This is a real Hallmark movie. But not the actual wedding planner guy.

A little while back we told you about this big $3 billion USDA program that was intended to solve two coronavirus-related problems at once. USDA would grab up a lot of the agricultural products that are at risk of going to waste because restaurants and schools are closed, and then it would distribute the stuff to food banks and other charities to help feed the folks who are hurting because they've lost their jobs. The "Farmers to Families Food Box Program" was supposed to be an example of a public-private partnership to respond quickly to some of the economic ripple effects created by shutting down the economy. Very feel-good stuff. Problem is, the USDA seems to have awarded some contracts to vendors that don't seem especially well-suited for big foodstuff distribution, like a California outfit that does "business finance solutions" or another that sells hand sanitizers in airports.

One of the larger contracts, for $39 million, went to a San Antonio, Texas, company that specializes in corporate events and big weddings, a marketing outfit called "CRE8AD8" — like, "Create a Date" for your big event. The company has never done any food distribution, but it somehow got the seventh-largest contract to move surplus food from farms to food banks. Big surprise! The San Antonio Express News did some digging into CRE8AD8 and its CEO, Gregorio Palomino, and found out that Palomino had "boasted about clients who say they've never worked with him, cited unearned professional credentials and touted business affiliations that can't be verified," if you can believe that. It's very basic, shoe-leather and records-checking journalism, and golly, does Mr. Palomino come off looking a bit like the old SNL character Irwin Mainway, although maybe not as convincing.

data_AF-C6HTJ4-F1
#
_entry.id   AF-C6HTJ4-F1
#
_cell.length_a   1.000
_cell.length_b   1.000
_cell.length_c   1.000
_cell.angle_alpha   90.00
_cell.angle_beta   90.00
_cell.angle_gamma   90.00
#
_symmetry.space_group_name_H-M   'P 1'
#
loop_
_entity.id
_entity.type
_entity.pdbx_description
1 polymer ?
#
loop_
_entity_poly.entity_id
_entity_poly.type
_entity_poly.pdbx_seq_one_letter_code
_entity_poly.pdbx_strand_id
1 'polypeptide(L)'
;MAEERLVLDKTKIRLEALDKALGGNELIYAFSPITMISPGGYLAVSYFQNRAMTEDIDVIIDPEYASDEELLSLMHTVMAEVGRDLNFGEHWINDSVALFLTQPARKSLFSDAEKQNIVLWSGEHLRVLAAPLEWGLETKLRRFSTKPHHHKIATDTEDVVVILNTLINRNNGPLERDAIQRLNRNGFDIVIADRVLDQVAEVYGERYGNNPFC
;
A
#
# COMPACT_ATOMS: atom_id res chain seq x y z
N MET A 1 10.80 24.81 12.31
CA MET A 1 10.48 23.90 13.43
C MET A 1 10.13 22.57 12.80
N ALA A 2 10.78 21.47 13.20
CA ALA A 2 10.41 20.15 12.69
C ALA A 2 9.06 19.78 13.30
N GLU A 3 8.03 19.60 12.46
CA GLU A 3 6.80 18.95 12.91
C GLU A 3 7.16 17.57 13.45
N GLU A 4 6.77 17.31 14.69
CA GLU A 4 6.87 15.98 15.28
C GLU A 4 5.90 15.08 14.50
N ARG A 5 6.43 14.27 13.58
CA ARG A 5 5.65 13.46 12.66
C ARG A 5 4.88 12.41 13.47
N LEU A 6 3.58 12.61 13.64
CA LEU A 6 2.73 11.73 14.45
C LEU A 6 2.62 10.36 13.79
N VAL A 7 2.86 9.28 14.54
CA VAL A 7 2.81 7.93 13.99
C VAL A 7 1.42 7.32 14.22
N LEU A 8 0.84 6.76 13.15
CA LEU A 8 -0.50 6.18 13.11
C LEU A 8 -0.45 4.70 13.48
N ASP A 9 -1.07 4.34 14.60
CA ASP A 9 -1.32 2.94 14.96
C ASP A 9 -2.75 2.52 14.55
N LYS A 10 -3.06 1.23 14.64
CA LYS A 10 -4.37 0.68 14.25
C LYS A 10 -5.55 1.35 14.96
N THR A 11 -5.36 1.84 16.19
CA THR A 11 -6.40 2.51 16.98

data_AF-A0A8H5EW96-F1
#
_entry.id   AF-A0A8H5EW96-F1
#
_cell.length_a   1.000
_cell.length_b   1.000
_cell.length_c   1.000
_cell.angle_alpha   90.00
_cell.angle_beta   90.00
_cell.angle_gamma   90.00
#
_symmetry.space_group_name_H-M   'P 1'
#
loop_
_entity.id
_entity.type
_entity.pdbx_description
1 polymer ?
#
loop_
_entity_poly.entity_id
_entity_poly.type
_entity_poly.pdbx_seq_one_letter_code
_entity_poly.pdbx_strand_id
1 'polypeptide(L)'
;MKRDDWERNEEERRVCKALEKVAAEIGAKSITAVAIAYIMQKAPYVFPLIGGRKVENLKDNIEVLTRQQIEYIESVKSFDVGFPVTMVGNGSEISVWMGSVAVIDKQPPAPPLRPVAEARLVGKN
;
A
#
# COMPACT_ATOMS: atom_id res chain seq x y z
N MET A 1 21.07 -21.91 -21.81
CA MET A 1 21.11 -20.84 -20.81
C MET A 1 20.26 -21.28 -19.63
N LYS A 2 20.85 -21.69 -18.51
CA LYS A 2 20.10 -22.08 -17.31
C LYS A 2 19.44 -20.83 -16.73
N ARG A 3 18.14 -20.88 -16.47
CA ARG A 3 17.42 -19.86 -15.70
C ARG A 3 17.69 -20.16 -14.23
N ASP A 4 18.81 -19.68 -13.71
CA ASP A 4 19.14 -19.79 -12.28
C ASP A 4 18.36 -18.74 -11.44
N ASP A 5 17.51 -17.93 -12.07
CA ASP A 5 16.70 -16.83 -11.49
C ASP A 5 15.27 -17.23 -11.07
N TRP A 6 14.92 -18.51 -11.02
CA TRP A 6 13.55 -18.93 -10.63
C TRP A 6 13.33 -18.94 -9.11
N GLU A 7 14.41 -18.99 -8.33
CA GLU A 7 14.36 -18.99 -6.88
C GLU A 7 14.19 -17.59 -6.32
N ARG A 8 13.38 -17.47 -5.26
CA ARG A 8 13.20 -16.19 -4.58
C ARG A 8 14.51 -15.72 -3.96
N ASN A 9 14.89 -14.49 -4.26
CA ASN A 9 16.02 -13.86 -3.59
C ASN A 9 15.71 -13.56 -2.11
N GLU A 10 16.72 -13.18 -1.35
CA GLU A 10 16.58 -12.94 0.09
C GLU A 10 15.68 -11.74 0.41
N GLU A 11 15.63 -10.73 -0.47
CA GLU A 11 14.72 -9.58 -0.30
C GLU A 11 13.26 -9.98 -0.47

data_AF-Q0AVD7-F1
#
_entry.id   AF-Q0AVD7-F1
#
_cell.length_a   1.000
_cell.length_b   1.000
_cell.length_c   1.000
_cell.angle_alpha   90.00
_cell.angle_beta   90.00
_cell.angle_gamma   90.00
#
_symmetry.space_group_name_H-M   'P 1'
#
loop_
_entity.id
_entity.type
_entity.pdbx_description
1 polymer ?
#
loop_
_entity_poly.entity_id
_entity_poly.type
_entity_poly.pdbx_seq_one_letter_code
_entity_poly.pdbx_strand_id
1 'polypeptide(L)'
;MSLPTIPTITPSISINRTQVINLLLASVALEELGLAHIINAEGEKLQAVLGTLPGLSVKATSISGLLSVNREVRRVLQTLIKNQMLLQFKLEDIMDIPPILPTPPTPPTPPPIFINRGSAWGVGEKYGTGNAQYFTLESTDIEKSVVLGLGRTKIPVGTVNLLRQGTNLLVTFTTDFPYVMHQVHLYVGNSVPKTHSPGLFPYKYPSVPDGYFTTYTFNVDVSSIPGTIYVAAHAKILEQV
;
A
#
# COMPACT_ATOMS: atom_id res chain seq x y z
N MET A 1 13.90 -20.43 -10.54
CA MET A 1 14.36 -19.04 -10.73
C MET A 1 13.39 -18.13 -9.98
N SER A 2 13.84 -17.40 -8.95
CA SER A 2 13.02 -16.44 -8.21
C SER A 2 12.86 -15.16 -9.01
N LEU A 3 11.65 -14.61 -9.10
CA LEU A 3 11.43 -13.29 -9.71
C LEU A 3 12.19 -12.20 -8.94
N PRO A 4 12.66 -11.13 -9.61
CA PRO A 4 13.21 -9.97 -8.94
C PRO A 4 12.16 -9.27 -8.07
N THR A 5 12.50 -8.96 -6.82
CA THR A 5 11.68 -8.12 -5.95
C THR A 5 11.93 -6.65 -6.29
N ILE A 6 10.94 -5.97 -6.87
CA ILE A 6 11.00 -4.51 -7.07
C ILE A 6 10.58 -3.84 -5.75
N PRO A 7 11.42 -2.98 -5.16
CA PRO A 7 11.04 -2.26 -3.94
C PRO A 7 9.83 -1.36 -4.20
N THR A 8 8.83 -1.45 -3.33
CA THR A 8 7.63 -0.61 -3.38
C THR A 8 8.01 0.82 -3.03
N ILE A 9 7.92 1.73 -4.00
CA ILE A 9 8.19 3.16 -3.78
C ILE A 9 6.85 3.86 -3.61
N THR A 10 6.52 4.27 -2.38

As the Express-News points out, it's a pretty big job for a company that's never done anything on this scale. To fulfill the USDA contract, CRE8AD8 will need to

buy 18 million pounds of food, pack it into 750,000 individual boxes and transport the boxes to food banks and other nonprofits in seven states — all in less than six weeks.

But maybe Gregorio Palomino's outfit is up to the job! After all, the company's website lists locations in 27 cities worldwide — not just in San Antonio, but also in "Houston, New York, Seattle, San Francisco, Paris, Shanghai, Buenos Aires, Melbourne, Tokyo and Moscow." (Everyone talk about ... Pop Music!) Of course, the paper had a little trouble verifying those outlets, because "No addresses or phone numbers are listed for any of them." But the locations are otherwise very specific. This is one professional operation, you can just tell:

And then there's that "GLOBAL HEADQUARTERS," which "appears to be a mailbox at a UPS store in a North Side strip mall." Seems efficient to get so much work done in a tiny little space.

The paper found three supposed "clients" who said they'd never done business with Palomino. CRE8AD8's website used to say it had done events for San Antonio-based Big Business Names USAA and Valero Energy as well as the city's big annual civic event, Fiesta San Antonio. Except, oops, maybe he hadn't? The paper asked all three, and nope, they had no records of doing business with Palomino. The executive director for Fiesta San Antonio, Amy Shaw, said that not only could she find no records, she contacted the company to ask it to remove the festival's name from the website.

Not long after the paper started looking into the claims, all three "clients" were removed from the site. BUT! Palomino had an explanation!

Palomino insisted "we did perform and execute events for both" Valero and Fiesta San Antonio. He said he could not go into detail, because he had signed non-disclosure agreements with both organizations.

He also said Valero and Fiesta San Antonio had "granted verbal rights" allowing CRE8AD8 to use their logos on its website.

But you see, he took the names off the site anyway because "These respectable organizations have changed their policies since our last engagement, and we were requested to go through a process to gain their permission for future use."

Nothing doing, said Shaw. She said Fiesta doesn't require NDAs with any partners, and no, it doesn't do "verbal" permissions to use its logo either. Here's an archived version of the clients page from October 2019, and the shorter version that's currently CRE8AD8; looks like both UPS and the "San Antonio Area Widowed Persons Service" have also changed their policies, huh?